23 April, 2008

Lapita Pottery Story

Read below an article on Lapita pottery in Fiji taken from the Fiji Times, Wednesday, 23 April 2008.

"More remnants of the Lapita unravelled, Wednesday, April 23, 2008

BOUREWA in Sigatoka believed to be the earliest human settlement in Fiji has produced stumbling results of Lapita people who resided there.

Bourewa settlement is significantly older than any other settlement excavated in Fiji and there seems little reason to doubt that it is the earliest.

Professor Patrick Nunn of the University of the South Pacific's School of Geography led a team of 70 excavators for the eight-week project which included researchers from universities in Australia, Japan, New Zealand, the United Kingdom and the United States of America.

To reach Fiji more than 3000 years ago, the Lapita people sailed across 1200 kilometres of open ocean.

Approaching Fiji, they encountered the huge coral reef that skirts the western part of the archipelago and probably followed it cautiously until it met land for the first time, at a place named Bourewa Beach, close to Natadola.

But with the sea level about 1.5 metres higher than it is today Bourewa was not part of large Viti Levu.

It occupied a bay on the southeast coast of a small offshore island.

Since this is where the broad reef meets the shore, Bourewa adjoins one of the largest fringing coral reefs in Fiji today, nearly three kilometres wide at one point.

To the Lapita people, perhaps close to starvation after weeks at sea, the sight of this reef meant food in abundance.

And so they came on shore.

Settlement remains one of the big mysteries as the settlers chose not to live on the land but on houses built on stilts that overlay a sand ridge which was underwater at high tide.

Recent excavations suggest there were two stilt platforms at Bourewa during the earliest period of its human occupation, positioned so that they adjoined the coral reef on one side and a brackish-water lagoon on the other.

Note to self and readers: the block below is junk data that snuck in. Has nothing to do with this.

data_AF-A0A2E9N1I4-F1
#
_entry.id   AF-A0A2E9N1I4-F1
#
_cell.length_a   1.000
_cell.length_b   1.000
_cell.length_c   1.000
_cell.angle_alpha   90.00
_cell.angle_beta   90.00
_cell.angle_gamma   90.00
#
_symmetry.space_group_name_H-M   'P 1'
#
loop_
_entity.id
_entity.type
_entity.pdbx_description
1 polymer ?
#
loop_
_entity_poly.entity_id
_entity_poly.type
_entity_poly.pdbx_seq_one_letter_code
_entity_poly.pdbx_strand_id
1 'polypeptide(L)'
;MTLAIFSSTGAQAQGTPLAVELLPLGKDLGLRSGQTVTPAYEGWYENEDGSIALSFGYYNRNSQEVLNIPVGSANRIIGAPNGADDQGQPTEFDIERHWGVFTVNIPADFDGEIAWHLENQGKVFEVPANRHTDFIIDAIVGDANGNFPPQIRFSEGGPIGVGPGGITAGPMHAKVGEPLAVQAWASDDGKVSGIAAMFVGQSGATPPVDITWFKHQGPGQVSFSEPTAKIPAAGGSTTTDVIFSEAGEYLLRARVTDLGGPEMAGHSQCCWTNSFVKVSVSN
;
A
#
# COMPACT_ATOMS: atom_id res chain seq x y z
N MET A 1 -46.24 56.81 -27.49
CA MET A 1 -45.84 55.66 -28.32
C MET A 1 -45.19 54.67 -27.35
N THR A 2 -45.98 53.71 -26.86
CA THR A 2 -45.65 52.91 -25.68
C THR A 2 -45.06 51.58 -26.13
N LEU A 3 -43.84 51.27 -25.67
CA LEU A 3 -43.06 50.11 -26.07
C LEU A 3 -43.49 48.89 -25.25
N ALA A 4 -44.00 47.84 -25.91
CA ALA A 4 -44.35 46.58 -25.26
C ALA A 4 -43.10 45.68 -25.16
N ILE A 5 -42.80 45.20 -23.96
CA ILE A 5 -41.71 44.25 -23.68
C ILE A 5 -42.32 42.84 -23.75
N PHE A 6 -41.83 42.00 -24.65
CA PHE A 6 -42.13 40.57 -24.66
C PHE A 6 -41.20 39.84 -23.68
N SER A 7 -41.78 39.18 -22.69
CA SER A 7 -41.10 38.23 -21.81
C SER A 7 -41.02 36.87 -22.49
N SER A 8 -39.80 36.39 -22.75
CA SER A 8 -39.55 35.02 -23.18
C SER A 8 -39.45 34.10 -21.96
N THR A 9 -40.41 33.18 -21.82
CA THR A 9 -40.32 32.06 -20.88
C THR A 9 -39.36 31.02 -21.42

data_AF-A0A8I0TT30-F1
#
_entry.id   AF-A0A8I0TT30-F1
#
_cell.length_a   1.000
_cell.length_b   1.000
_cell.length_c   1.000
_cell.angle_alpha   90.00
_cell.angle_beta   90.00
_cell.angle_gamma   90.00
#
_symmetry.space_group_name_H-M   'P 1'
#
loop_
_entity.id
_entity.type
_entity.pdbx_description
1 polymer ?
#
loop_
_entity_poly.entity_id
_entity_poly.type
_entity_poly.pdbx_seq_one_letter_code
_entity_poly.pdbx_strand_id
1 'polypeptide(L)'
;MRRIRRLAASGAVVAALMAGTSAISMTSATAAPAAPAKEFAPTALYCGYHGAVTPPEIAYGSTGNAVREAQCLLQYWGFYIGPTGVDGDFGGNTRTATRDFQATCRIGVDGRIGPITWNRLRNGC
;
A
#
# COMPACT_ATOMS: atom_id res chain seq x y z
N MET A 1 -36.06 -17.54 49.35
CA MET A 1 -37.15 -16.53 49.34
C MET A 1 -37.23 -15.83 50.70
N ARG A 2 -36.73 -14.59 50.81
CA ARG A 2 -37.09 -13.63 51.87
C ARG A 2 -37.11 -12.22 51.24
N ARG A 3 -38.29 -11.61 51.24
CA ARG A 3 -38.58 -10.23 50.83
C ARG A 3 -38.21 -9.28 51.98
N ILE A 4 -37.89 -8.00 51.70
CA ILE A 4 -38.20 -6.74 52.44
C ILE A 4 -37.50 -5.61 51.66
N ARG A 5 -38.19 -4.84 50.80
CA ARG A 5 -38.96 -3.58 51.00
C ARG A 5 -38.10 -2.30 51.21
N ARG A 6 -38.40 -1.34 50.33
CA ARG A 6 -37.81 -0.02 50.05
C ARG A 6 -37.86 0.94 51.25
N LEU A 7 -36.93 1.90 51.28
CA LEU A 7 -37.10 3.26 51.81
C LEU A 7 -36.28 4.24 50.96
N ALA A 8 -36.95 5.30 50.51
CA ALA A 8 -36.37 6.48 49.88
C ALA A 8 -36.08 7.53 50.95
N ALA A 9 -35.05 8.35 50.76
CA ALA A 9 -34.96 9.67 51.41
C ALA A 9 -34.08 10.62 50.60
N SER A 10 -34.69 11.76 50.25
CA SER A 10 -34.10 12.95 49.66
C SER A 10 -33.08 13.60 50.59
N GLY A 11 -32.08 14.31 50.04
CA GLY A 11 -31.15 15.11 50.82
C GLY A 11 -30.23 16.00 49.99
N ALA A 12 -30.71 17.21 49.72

Why the Lapita people favoured such complicated structures rather than simply living on one of the hills, 30 to 40 metres away, is a mystery. Excavations from November 2007 to February 2008, unveiled even more fascinating revelations such as the inference that Lapita people were so organised to the point where they did not just throw their rubbish anywhere. One of the main foods they consumed at Bourewa was shellfish, whose shells were discarded in shallow waters below their stilt platforms. The startling find was that the thickest part of the rubbish dump was along the edges of the stilt platforms.

It was carried to the edges of the stilt platforms and dropped there.

The Lapita people attracted interest for their voyaging feats unmatched anywhere in the world for another thousand years.

More proof of the evident complexity of their society was in the way they decorated pottery.

It hints at an almost direct colonisation from the Bismarck Archipelago of Papua New Guinea, 3250 kilometres away in a straight line.

A large quantity of shell jewellery was found suggesting the Lapita occupants of Bourewa spent considerable time manufacturing it.

For the first time, a clear connection existed between the grinding stones found throughout the site and the shell bracelets and rings. It is clear the people who lived at Bourewa more than 3000 years ago took large cone shells, sliced them into sections, ground and polished them to make bracelets and rings.

They made other types of jewellery from seeds. Many of the pieces found were finely drilled.

While digging down, the team found a series of six cone shells laid in two rows. This was clearly a deliberate burial and further on in the middle of these two rows was an upturned pot.

Turning this upside-down pot over, the excavators found it filled with shell jewellery.

Nine shell rings of different sizes, four shell bracelets, six straight units with drillholes.

This was a Lapita jewellery box, deliberately buried by someone 3000 years ago at Bourewa for reasons unknown.

Stone tools were used for a variety of purposes. Remnants of large adzes, used for hollowing out canoes, and of axes were found.

The discovery of some small stone chisels suggests the Lapita people were also fine woodcarvers.

Most stone tools found were made from a local greenstone that grows about 10 kilometres inland on Viti Levu today.

It is inferred the Lapita people travelled upriver to collect suitable greenstone river rocks which were manufactured as tone tools in Bourewa.

Bones of many of the animals that arrived in Fiji with the first humans were also found.

It seems dogs, rats and chicken arrived during the first 200 years of occupation at Bourewa.

A vertebra of a large pig was found in layers tentatively dated to 900 BC, so the conclusion that pigs arrived after the Lapita people era may change when the bone is dated.

At the coastal flat named Waikereira, excavators found a place where stone tools were manufactured from local greenstone.

The size of the stone tools suggests the place may have been one of the earliest used by the Lapita occupants of the area.

At Matelita Tree near Vusama Village which adjoins a large mangrove swamp two pieces of Lapita pottery indicate that the Lapita people of Bourewa had probably camped at Matelita Tree to gather clay with which they manufacture pots and containers."

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